Black Caucus Members, Diverse and Progressive Leaders Across Washington State Support Reeves for Congress
State Rep. Debra Entenman: “Kristine Reeves has proven she’s the one who can take on the toughest challenges and achieve meaningful, progressive change, to build an economy that works for all of us. She will never stop fighting for Washington state’s working families. It’s why we need her in Congress.”
Today, Kristine Reeves announced the endorsement of seven Washington state legislators, including several Members of the Black Caucus. In the legislature, Reeves worked with this diverse group of members to champion progressive change including fighting for pay equity, combating consumer debt, breaking the school to prison pipeline, and closing the educational opportunity gap.
Reeves, a founding Member of the Black Members Caucus, continues to build momentum for her grassroots campaign with previously announced endorsements from Congressman Adam Smith and State Representative Melanie Morgan, who is also a founding member of the Black Caucus.
The following Washington state Legislators endorsed Kristine Reeves today:
State Rep. John Lovick, a former Washington State Trooper and U.S. Coast Guard Veteran, is a founding Member of the Black Caucus who represents the 44th district. In the House, Lovick has passed efforts to expand seat belt use and reduce auto theft.
State Rep. Debra Entenman represents the 47th district in the State House, the former District Director for Congressman Adam Smith, and is also a founding Member of the Black Caucus. In the legislature, Enteman has been passionate about increasing educational opportunities for people of all ages and stages of life.
State Rep. Eric Pettigrew represents the 37th district and is also a founding member of the Black Caucus. Serving in the legislature since 2002, Pettigrew has worked to promote economic development, create new affordable housing opportunities, and expand educational opportunities.
State Sen. Mona Das represents the 47th district in the State Senate. She was born in India and immigrated with her family as a child. In the legislature, she has focused on sustainable development, sustainability and the environment, and equality and equity.
State Rep. Amy Walen, the former Mayor of Kirkland, represents the 48th district. The legislature, Reeves and Walen teamed up to pass consumer debt relief bills that impact working families across Washington state.
State Rep. Cindy Ryu, the first Korean American woman mayor in America, is the former Mayor of Shoreline, and currently represents the 32nd district. During her five terms in the legislature, Ryu has advocated for increased access to affordable housing and home ownership.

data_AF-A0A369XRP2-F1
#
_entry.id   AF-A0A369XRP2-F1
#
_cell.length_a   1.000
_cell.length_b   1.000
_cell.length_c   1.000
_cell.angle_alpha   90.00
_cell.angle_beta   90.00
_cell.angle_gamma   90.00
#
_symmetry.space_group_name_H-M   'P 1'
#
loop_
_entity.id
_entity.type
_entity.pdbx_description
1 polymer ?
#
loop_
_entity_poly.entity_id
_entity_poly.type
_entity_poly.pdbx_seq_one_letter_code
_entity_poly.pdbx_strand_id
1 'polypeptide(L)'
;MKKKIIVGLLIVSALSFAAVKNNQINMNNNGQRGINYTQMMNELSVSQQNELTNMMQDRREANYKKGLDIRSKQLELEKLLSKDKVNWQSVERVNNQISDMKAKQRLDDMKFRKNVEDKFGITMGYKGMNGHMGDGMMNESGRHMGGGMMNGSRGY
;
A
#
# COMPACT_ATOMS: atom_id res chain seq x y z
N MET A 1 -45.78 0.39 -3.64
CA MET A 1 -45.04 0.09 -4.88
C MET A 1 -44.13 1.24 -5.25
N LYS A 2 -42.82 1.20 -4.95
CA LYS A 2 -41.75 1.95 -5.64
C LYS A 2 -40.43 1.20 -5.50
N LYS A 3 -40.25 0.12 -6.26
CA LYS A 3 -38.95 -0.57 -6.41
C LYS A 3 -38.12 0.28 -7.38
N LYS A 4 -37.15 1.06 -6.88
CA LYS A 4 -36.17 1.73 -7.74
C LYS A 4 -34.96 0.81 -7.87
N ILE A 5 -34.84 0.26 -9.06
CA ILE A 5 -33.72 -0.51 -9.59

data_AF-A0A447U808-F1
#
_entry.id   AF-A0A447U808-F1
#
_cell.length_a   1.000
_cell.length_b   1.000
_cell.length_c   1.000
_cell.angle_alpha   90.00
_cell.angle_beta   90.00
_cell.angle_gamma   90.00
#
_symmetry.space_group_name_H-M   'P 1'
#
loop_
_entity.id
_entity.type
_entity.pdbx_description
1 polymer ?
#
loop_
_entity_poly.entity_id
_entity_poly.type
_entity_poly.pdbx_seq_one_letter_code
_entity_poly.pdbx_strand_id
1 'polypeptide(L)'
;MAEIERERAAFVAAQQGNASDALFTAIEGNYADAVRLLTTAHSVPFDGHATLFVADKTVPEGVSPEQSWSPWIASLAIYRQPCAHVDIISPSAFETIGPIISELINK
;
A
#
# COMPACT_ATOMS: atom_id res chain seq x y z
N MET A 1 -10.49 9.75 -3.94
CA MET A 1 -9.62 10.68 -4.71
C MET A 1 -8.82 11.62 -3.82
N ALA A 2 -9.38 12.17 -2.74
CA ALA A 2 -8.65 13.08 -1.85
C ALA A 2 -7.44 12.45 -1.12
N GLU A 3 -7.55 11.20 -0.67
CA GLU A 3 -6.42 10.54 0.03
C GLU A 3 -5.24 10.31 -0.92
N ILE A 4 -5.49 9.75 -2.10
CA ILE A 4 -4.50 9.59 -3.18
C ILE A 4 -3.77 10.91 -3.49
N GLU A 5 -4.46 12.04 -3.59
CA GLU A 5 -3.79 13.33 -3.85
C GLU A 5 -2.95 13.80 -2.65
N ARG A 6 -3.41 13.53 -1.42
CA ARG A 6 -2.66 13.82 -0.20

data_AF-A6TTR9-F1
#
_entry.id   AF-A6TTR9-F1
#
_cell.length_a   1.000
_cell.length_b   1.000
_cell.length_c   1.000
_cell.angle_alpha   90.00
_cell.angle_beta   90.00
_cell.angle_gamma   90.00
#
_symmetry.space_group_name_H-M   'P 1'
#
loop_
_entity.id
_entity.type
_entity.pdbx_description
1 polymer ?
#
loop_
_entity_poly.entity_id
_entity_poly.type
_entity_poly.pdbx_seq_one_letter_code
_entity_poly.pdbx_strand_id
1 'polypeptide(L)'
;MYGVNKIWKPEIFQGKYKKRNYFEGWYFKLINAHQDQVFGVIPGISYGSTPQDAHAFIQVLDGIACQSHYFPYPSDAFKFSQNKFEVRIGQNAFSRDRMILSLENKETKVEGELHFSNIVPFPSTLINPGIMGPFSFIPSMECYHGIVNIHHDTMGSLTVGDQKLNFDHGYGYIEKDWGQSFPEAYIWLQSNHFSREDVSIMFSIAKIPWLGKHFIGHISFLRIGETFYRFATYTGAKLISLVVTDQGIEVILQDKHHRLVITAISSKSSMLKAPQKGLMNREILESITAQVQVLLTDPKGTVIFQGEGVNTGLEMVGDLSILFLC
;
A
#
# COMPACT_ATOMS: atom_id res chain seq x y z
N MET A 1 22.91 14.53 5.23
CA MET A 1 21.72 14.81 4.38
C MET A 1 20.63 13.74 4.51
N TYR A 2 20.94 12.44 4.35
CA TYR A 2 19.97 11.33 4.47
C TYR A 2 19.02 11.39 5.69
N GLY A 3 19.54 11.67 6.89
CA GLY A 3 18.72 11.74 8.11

State Rep. Javier Valdez represents the 46th district. He previously served as a board member of the Washington State Hispanic Chamber of Commerce and was the first President of the County and City Employees (AFSCME Council 2), Local 21-C.
On the latest endorsements from seven key Washington state legislators, Reeves said, “I’m proud to have support from these seven leaders with whom I’ve worked side-by-side to break through gridlock and achieve real, progressive results. I’m running for Congress to build on the progressive priorities we’ve achieved in Washington state -- to bring them to the national level.”
A Moses Lake native, Kristine grew up the daughter of a single mother who struggled with substance abuse and relied heavily on social services including Head Start and food stamps. In and out of foster care and even homeless at points in her childhood, Kristine’s journey to elected state representative, a Director of Economic Development in the state Commerce Department, and happily married mother of two children is a testimony to the value of public education and the critical investment of public-school educators in transforming her life and helping her break the cycle of poverty.
The first in her family to graduate from college, Kristine received her bachelor’s degree from Washington State University (Go Cougs!) and a master’s degree from Gonzaga University. (Go Zags!). Kristine then served as an immigration advisor at several higher education institutions and as South Sound Regional Director and then Statewide Veterans Representative for U.S. Senator Patty Murray.
In 2016, Kristine defeated a Republican incumbent for Washington’s 30th Legislative district, becoming the first African-American woman elected to the Washington House in 18 years and the only woman in the legislature with children under the age of 5. Kristine’s hard work in the Washington House resulted in multiple achievements that have provided a national model for progressive action including ensuring educators can afford to live and work in the communities in which they teach our kids, launching a program to link students with apprenticeships and on the job training, passing the country’s most progressive paid family leave policy, and more. In December 2019, Kristine stepped down from her state legislative seat to run for Congress.
Kristine, a working mom who understands the balance between working hard to succeed and raising a family, is the Director of Economic Development for the Military and Defense sector for the state of Washington. She lives with her husband Camron and two small children in Federal Way.